And it's all building up to a grand finale. Having launched the series with Seabird One’s Rogue State, Valentine returns to pen the effective season finale with The Last Line of Defence. Collecting strands from across the five previous episodes with a host of nineties conspiracy theories and pre-millennium jitters, Valentine crafts a new take on the "UNIT guarding a peace conference" trope from the Pertwee era. Only here, it's in a full-on nineties blockbuster involving London landmarks, hostage situations, aliens, and enough action set pieces to keep the listener on the edge of their proverbial seat. Offering the odd character moment along the way and seeing the return of Bambera's benefactor Dame Lydia Kingsley (Liz Sutherland-Lim), it's an action-packed finale to the set and an immensely satisfying one.

In fact, the set as a whole is immensely satisfying. Bruce is on fine form as Bambera, sounding still like she just stepped off straight from the Battlefield set in the BBC's TV Centre and into the Big Finish recording booth. Morgan and Oyinloye are likewise solid as fellow leads, with Morgan finding the right mix of sarcasm with sincerity and Oyinloye Rix's offering a playful but serious when needs must alternative to the two soldiers. The supporting casts are solid, from Sutherland-Lim as Dame Lydia to Menkin's Colonel. Granger and Ian Abeysekera as Colonel Birch in the finale. The set's trio of sound designers wonderfully bring the varying locations to life, helping capture the sense of time and place. But the icing on the cake is the music from Borna Matosic, which cover a wide range from local radio jingles with even a snippet of nineties rock in Haunt to a blockbuster movie score in The Last Line of Defence that echoes much of composer David Arnold's scores from the time. The music suite from Matosic is a highlight of the set and worth a listen to on its own for the styles that the composer captures.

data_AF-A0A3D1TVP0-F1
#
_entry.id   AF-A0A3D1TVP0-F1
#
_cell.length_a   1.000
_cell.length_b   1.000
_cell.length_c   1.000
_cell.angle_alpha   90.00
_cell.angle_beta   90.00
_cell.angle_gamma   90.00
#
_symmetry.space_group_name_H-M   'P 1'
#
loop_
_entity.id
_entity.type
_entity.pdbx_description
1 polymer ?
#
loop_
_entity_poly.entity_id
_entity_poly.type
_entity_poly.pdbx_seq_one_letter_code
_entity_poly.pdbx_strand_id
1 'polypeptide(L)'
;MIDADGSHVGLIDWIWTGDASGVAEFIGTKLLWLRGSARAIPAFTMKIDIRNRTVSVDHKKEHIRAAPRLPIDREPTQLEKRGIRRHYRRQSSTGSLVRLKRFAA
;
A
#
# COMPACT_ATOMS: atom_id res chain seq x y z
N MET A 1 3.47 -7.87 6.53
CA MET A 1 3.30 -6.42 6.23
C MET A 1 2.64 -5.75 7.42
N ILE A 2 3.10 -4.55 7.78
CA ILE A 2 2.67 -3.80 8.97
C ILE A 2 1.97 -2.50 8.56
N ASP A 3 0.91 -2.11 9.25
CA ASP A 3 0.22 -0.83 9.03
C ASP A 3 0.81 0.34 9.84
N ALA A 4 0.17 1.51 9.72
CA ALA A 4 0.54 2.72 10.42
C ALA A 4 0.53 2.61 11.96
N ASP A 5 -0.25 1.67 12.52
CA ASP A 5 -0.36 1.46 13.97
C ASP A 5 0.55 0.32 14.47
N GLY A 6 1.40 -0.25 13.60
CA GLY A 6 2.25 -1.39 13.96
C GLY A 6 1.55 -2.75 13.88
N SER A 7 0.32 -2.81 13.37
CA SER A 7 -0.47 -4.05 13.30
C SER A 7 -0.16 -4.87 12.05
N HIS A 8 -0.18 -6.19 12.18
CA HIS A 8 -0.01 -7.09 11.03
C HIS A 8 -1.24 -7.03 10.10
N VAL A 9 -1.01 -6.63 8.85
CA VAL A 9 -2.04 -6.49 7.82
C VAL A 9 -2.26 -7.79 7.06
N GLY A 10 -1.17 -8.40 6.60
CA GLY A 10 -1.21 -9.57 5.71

Or, to put it another way, Visitants has everything that made the first UNIT: Brave New World set so enjoyable taken up a notch. From action thrills to a haunted hotel and a finale worthy of a blockbuster movie, this is the UNIT spin-off we missed out on decades ago, now realized in all its glory on audio to be savored and enjoyed this holiday season and beyond. So make your own visit to this Brave New World of adventures.

BNW2. UNIT: Brave New World: Visitants is exclusively available to buy from the Big Finish website until 31 January 2023, and on general sale after this date.

Matthew Kresal is a writer, critic, and podcaster with many and varying interests. His prose includes the non-fiction The Silver Archive: Dark Skies from Obverse Books, the Cold War alternate history spy thriller Our Man on the Hill, and the Sidewise Award winning short story Moonshot in Sea Lion Press' Alternate Australias anthology. You can read more of his writing at his blog and at The Terrible Zodin fanzine, or follow him on Twitter @KresalWritesHe was born, raised, and lives in North Alabama where he never developed a southern accent.